05/29/2006 11:00PM

Prado visits Barbaro, who continues to heal

Sabina Louise Pierce/Univ. of Pennsylvania
Edgar Prado, who rode Barbaro in the Kentucky Derby and Preakness, greets the horse Tuesday at the New Bolton Center in Pennsylvania. "I'm very happy that he's very bright and strong," said Prado.

For the first time since bringing Barbaro to a halt in the Preakness Stakes on May 20 and then dejectedly viewing the colt's damaged right hind leg, jockey Edgar Prado visited Barbaro on Tuesday and was relieved by what he saw.

"I'm very happy to see that he's doing lots better," Prado said Tuesday in a news conference at the University of Pennsylvania's New Bolton Center in Kennett Square, Pa., where Barbaro underwent extensive surgery on May 21. "I'm very happy that he's very bright and strong. He wanted to get out of his stall. I was happy to see him that way."

Dr. Dean Richardson, who performed the surgery on Barbaro, also gave a positive update on Barbaro's condition, but continued to remind everyone that the colt's recuperation will be lengthy and still involves several potential hazards.

"He's had an incredibly good week," Richardson said. "He's done far better than we ever could have hoped for - so far, so far, so far."

Barbaro fractured the lower portion of his right hind leg in three places, and his ankle - or fetlock - was dislocated. Richardson fused the joint with a plate and 27 screws, and wrapped the leg in a cast that extends from just below the hock. Richardson said Barbaro was doing so well in that initial cast that Richardson was reluctant to change it just yet.

"It's literally a day-to-day situation," Richardson said. "He's very alert. He's walking around in his stall."

Barbaro could wear his current cast for three weeks, Richardson said. Barbaro will need a cast for several months. The purpose of changing the cast would be to peek inside and see how well Barbaro is healing. Richardson said that all indications are that Barbaro is doing well, but he said complications such as infection or laminitis are still possibilities.

"Catastrophic infections usually occur within 10 to 14 days," Richardson said. "Laminitis, or a failure of fixation, could occur at a later date. There's no question that things are much better, but he's still a long, long way from being discharged.

"To be perfect, you have to fuse the fetlock and pastern. There has to be no infection. All these bad things could still happen. But bone is the only tissue in the body that can heal and be truly stronger. He won't have normal mobility, but the bone will be very strong."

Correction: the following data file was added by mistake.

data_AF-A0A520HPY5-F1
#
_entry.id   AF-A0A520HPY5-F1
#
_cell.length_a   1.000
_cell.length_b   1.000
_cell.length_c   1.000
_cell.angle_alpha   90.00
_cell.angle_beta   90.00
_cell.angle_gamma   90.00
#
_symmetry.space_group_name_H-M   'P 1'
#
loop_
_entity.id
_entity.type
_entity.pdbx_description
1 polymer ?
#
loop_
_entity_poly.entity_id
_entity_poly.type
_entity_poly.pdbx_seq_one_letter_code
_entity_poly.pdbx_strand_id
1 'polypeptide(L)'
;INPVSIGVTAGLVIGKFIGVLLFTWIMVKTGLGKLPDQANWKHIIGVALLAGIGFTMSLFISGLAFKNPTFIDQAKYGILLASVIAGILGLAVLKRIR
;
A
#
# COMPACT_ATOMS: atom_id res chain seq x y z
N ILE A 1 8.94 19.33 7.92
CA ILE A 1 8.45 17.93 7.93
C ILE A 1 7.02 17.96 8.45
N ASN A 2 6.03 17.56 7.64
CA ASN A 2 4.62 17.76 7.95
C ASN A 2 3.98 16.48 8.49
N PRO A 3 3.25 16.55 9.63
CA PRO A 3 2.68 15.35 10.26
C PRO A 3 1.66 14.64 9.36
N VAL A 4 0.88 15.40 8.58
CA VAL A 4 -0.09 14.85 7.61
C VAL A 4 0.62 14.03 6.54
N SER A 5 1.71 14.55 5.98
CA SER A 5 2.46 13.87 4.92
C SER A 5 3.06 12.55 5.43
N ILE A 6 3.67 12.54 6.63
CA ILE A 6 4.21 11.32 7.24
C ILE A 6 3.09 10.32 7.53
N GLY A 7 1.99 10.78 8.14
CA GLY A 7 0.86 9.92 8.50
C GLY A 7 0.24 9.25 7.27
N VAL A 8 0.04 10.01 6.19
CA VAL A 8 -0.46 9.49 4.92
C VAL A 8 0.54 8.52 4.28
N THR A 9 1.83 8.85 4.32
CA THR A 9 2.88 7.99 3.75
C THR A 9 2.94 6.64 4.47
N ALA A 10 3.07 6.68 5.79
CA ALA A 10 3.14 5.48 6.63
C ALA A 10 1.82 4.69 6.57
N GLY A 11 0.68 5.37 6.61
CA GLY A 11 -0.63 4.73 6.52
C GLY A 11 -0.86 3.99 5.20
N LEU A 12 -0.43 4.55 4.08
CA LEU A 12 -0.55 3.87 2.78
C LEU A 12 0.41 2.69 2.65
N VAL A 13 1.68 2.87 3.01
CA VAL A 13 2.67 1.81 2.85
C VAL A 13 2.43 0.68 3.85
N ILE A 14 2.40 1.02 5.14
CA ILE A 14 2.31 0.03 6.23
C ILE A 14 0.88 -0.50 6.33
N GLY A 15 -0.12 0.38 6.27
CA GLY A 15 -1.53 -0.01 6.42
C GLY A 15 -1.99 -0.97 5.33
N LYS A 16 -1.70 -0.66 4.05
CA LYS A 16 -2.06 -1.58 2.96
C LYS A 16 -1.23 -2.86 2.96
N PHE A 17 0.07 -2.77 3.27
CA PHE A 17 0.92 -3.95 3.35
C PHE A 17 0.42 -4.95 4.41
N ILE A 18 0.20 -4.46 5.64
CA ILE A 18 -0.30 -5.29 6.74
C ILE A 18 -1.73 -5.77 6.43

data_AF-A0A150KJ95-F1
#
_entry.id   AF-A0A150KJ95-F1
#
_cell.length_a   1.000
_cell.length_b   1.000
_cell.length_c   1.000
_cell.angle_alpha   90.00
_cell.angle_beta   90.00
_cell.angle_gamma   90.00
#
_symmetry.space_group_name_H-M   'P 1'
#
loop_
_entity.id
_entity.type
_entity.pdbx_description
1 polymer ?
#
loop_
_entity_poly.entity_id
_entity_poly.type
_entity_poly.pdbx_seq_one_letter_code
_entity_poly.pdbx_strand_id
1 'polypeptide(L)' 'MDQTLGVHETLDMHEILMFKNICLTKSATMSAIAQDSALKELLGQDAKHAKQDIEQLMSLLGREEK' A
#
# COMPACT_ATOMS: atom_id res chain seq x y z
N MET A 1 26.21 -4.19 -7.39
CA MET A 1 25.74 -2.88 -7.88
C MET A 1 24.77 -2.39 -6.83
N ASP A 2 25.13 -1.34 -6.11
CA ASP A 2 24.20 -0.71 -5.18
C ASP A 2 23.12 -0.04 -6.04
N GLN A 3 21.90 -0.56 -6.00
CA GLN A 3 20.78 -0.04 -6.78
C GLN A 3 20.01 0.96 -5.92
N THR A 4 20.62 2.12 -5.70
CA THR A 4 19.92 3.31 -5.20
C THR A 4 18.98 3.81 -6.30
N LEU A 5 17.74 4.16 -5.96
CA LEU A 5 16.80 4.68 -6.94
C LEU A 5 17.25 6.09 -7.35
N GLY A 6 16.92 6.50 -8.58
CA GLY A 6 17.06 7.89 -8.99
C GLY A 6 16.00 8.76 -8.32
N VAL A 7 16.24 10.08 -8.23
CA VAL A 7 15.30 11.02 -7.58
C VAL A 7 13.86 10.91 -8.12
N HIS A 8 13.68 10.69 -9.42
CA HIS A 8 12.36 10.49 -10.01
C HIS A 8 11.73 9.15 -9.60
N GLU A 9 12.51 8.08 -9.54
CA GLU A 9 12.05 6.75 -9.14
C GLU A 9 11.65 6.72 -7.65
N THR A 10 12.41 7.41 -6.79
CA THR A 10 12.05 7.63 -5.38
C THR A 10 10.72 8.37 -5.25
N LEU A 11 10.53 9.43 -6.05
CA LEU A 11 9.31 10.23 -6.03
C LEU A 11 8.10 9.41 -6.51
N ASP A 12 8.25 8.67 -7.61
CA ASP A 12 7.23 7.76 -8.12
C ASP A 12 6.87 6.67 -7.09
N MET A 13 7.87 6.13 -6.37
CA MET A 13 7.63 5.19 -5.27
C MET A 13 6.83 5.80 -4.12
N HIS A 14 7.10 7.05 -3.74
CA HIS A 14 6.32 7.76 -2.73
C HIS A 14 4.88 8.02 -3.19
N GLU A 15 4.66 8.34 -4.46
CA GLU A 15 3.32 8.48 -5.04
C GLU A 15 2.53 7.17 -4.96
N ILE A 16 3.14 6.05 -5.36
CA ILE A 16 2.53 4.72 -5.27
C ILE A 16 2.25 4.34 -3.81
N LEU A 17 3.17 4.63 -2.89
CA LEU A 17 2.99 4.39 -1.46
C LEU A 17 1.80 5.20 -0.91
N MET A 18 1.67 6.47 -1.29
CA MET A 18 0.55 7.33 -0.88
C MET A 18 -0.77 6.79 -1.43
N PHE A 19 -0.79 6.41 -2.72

Asked what kind of mobility Barbaro would have, Richardson jokingly said he "won't do a dressage test, gallop, or jump."

"He'll have a hitch in his giddy-up," Richardson said. "But we're way, way away from that."

The progress to this point, however, certainly relieved Prado, who said the few days after the Preakness "were very difficult."

"It was hard to come back to ride the following week, but it would have been harder staying at home doing too much thinking," Prado said. "I was heartbroken, but he's doing better. He's not out of the woods yet, but I'm hoping. It will take a long time to heal from the heartbreak of that particular day."

Prado began to pull up Barbaro about an eighth of a mile after the start. Although he has been praised for bringing Barbaro to a quick stop, Prado deflected any credit on Tuesday, saying Barbaro was responsible.

"You saw he's a smart horse," Prado said. "He knew he was in trouble. He didn't put up any resistance. I think he did most of the job."

Prado said Barbaro suddenly "changed his action."

"I didn't take a chance," Prado said. "I pulled him up right away."

Lou Raffetto, the president and chief executive officer of the Maryland Jockey Club, which runs Pimlico, on Tuesday said a review of stewards' patrol films and corresponding still photos has led him to theorize that inadvertent contact between Brother Derek's right front leg and Barbaro's right rear leg contributed to Barbaro taking an awkward step and suffering the fracture.

"It happens just before the sixteenth pole," Raffetto said. "Barbaro drifts out just as Brother Derek is closing the margin. Brother Derek extends his right front and it appears to hit Barbaro's right hind. Barbaro's head comes up.

"It's not 100 percent conclusive. But it looks like it was an unfortunate accident. It was nobody's fault."

Prado said he was not sure that is what happened. And at this point, Prado said, he only cared about Barbaro's recovery.

"He broke out of the gate nice and clean," Prado said. "What happened in the race is a mystery. Nobody will know for sure. We can't think about the past now. We have to think about the future."